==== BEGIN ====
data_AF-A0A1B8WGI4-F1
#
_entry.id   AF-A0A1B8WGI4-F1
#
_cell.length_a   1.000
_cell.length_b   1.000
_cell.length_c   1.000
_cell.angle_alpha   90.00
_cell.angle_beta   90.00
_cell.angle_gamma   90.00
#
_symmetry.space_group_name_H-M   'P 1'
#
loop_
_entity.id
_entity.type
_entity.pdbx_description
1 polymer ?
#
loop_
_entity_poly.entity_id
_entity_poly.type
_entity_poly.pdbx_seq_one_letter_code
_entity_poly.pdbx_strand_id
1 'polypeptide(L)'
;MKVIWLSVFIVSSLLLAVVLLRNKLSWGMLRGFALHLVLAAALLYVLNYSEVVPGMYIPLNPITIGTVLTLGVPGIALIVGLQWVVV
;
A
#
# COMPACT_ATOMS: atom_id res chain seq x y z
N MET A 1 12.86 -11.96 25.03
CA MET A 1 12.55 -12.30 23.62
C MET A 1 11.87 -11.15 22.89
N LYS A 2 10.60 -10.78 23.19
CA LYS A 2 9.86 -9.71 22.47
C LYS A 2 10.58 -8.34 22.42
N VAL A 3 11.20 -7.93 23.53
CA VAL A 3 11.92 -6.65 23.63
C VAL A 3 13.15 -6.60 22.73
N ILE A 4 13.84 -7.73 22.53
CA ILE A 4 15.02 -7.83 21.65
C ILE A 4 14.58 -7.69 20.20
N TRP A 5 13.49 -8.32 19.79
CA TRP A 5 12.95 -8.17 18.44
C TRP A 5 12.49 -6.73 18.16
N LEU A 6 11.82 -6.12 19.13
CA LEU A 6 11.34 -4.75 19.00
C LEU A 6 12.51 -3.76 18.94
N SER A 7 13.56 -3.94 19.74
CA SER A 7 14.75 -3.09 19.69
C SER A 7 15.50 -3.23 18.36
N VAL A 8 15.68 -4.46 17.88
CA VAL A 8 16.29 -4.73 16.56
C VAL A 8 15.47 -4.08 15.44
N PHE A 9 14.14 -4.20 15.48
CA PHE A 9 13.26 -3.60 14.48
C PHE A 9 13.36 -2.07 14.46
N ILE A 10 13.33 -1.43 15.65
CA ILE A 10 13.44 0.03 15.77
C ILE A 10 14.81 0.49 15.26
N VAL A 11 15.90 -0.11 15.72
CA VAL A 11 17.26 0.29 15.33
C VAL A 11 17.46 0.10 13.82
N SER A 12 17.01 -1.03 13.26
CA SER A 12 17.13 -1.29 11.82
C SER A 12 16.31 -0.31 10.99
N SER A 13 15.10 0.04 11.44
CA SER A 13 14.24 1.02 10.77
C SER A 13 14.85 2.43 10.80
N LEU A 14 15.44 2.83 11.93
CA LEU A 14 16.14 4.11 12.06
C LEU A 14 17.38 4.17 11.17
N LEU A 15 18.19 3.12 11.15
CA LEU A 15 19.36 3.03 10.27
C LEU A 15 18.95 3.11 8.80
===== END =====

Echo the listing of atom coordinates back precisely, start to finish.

data_AF-A0A1B8WGI4-F1
#
_entry.id   AF-A0A1B8WGI4-F1
#
_cell.length_a   1.000
_cell.length_b   1.000
_cell.length_c   1.000
_cell.angle_alpha   90.00
_cell.angle_beta   90.00
_cell.angle_gamma   90.00
#
_symmetry.space_group_name_H-M   'P 1'
#
loop_
_entity.id
_entity.type
_entity.pdbx_description
1 polymer ?
#
loop_
_entity_poly.entity_id
_entity_poly.type
_entity_poly.pdbx_seq_one_letter_code
_entity_poly.pdbx_strand_id
1 'polypeptide(L)'
;MKVIWLSVFIVSSLLLAVVLLRNKLSWGMLRGFALHLVLAAALLYVLNYSEVVPGMYIPLNPITIGTVLTLGVPGIALIVGLQWVVV
;
A
#
# COMPACT_ATOMS: atom_id res chain seq x y z
N MET A 1 12.86 -11.96 25.03
CA MET A 1 12.55 -12.30 23.62
C MET A 1 11.87 -11.15 22.89
N LYS A 2 10.60 -10.78 23.19
CA LYS A 2 9.86 -9.71 22.47
C LYS A 2 10.58 -8.34 22.42
N VAL A 3 11.20 -7.93 23.53
CA VAL A 3 11.92 -6.65 23.63
C VAL A 3 13.15 -6.60 22.73
N ILE A 4 13.84 -7.73 22.53
CA ILE A 4 15.02 -7.83 21.65
C ILE A 4 14.58 -7.69 20.20
N TRP A 5 13.49 -8.32 19.79
CA TRP A 5 12.95 -8.17 18.44
C TRP A 5 12.49 -6.73 18.16
N LEU A 6 11.82 -6.12 19.13
CA LEU A 6 11.34 -4.75 19.00
C LEU A 6 12.51 -3.76 18.94
N SER A 7 13.56 -3.94 19.74
CA SER A 7 14.75 -3.09 19.69
C SER A 7 15.50 -3.23 18.36
N VAL A 8 15.68 -4.46 17.88
CA VAL A 8 16.29 -4.73 16.56
C VAL A 8 15.47 -4.08 15.44
N PHE A 9 14.14 -4.20 15.48
CA PHE A 9 13.26 -3.60 14.48
C PHE A 9 13.36 -2.07 14.46
N ILE A 10 13.33 -1.43 15.65
CA ILE A 10 13.44 0.03 15.77
C ILE A 10 14.81 0.49 15.26
N VAL A 11 15.90 -0.11 15.72
CA VAL A 11 17.26 0.29 15.33
C VAL A 11 17.46 0.10 13.82
N SER A 12 17.01 -1.03 13.26
CA SER A 12 17.13 -1.29 11.82
C SER A 12 16.31 -0.31 10.99
N SER A 13 15.10 0.04 11.44
CA SER A 13 14.24 1.02 10.77
C SER A 13 14.85 2.43 10.80
N LEU A 14 15.44 2.83 11.93
CA LEU A 14 16.14 4.11 12.06
C LEU A 14 17.38 4.17 11.17
N LEU A 15 18.19 3.12 11.15
CA LEU A 15 19.36 3.03 10.27
C LEU A 15 18.95 3.11 8.80